Decarboxylase and Dihydrolase Tests

Many bacteria have the ability to use amino acids as energy and carbon sources. Decarboxylase tests determine whether the bacterial species possess enzymes capable of decarboxylating (removing the carboxyl group, COOH)specific amino acids in the test medium.

Two amino acids commonly used to test for decarboxylase activity are lysine and ornithine. The products of decarboxylation are amine or diamine molecules and CO2,with resulting alkalinity. Degradation of the amino acids and their specific end products are shown in the following reaction: Degradation of amino acids and their specific end products

Lysine (amino acid) — Lysine decarboxylase — Cadaverine

(amine) + CO2

Ornithine — Ornithine decarboxylase — Putrescine

Arginine — Arginine dihydrolase — Citrulline —

Ornithine — Putrescine

Lysine is decarboxylated by the enzyme lysine decarboxylase to cadaverine, a diamine, and CO2, Ornithine is cleaved by ornithine decarboxylase to putrescine, a diamine, and carbon dioxide. Both cadaverine and putrescine are stable in anaerobic conditions.

Arginine can be decarboxylated in a two-step process. In the first step, arginine undergoes decarboxylation by arginine decarboxylase to form agmatine and CO2, Then agmatine is further metabolized to putrescine and urea. If the bacteria also produce urease, the urea will be degraded to ammonia (NHJ and CO2,Arginine can also be degraded by arginine dihydrolase forming citrulline, ammonia, and inorganic phosphate. In the next step, citrulline undergoes phosphorolytic cleavage to yield ornithine. If the bacteria also possess ornithine decarboxylase, ornithine will be converted to putrescine.

The test to detect decarboxylation uses Moeller decarboxylase base medium. This base is a broth containing glucose; peptones; two pH indicators, bromcresol purple and cresol red; and the specific amino acid at a concentration of 1%.The medium has an initial Ph of 6.0. Having glucose in the medium is important because decarboxylases are inducible enzymes produced in an acid pH. The uninoculated medium is purple; metabolism of the small amount of glucose drops the pH to about 5.5, turning the medium yellow. For decarboxylation to take place, two conditions must be met: an acid pH and an anaerobic environment. A control tube containing only the base medium without the amino acid is tested along with the test organism to determine the viability of the organism. The control tube also determines whether sufficient acid is produced. Both tubes are inoculated with the test organism; are overlayed with a layer of sterile mineral oil, which creates anaerobic conditions; and then are incubated at 35°C.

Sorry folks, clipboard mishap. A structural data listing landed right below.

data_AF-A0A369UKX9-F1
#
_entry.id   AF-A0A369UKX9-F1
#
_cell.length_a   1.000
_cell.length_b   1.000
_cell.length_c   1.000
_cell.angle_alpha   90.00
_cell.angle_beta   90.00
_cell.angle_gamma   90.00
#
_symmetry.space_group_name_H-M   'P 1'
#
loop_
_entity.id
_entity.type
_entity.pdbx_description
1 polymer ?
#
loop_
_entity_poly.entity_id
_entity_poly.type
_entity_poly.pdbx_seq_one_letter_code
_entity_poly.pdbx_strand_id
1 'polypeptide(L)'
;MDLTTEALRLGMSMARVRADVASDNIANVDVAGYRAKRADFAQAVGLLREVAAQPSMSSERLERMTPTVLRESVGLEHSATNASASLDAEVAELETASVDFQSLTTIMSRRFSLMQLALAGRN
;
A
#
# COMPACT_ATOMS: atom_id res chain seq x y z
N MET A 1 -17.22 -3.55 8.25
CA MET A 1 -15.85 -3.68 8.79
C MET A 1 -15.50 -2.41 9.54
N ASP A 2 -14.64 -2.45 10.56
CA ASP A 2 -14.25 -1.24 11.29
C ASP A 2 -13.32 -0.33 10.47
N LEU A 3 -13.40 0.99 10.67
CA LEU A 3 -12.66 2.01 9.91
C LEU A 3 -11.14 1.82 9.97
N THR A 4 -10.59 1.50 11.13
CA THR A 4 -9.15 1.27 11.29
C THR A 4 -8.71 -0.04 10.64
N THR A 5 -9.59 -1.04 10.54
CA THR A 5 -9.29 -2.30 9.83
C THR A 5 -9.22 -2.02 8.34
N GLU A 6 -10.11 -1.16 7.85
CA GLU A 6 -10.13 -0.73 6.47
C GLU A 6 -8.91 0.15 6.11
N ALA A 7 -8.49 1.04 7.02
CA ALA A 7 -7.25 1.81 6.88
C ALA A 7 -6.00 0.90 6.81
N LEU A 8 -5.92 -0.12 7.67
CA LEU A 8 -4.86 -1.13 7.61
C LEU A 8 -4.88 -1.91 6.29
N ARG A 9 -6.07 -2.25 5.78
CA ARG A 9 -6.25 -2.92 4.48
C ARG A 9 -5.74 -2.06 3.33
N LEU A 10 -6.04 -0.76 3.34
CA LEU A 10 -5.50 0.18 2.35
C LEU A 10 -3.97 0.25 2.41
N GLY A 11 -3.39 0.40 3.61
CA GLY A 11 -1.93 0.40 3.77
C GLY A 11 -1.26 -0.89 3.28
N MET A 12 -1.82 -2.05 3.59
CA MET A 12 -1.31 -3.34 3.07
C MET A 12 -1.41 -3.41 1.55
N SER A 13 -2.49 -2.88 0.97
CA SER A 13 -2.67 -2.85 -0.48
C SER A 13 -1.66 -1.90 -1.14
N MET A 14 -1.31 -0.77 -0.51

During the first few hours of incubation, organisms attack the glucose first, changing the pH to acid. If the organism produces the specific decarboxylase and the amino acid in the medium is attacked, release of the amine products causes an alkaline pH shift. This results in a purple (positive result) color in the medium. If the organism does not possess the specific decarboxylase, the medium remains yellow (negative result). The control tube remains yellow. Results can usually be recorded in 24 hours; however, bacteria with weak decarboxylase activity may take up to 4 days to be positive. Modifications of the decarboxylase test to detect other biochemical reactions are also routinely used. Examples of these include the motility-indole-ornithine (MIO) and lysine iron agar (LIA)tests (Figure 9-6).


Deaminase Test

Amino acids can be metabolized by deaminases that remove an amine (NH2) group. The phenylalanine deaminase (PAD)test determines whether an organism possesses the enzyme that deaminates phenylalanine to phenylpyruvic acid. The test medium is an agar slant that contains a 0.2% concentration of phenylalanine.

The surface of the slant is inoculated with a bacterial colony. Addition of a 10% ferric chloride (FeCI;) reagent after incubation results in a green color if phenylpyruvic acid is present. This test is helpful in initial differentiation of Proteus, Morganella, and Providencia organisms, which are positive, from the rest of the Enterobacteriaceae (Figure 9-7.

figure 9-6

Deaminationof Phenylalanine Phenylalanine-+ Phenylalanine deaminase -+ Phenylpyruvic acid + (FeCIJ Green

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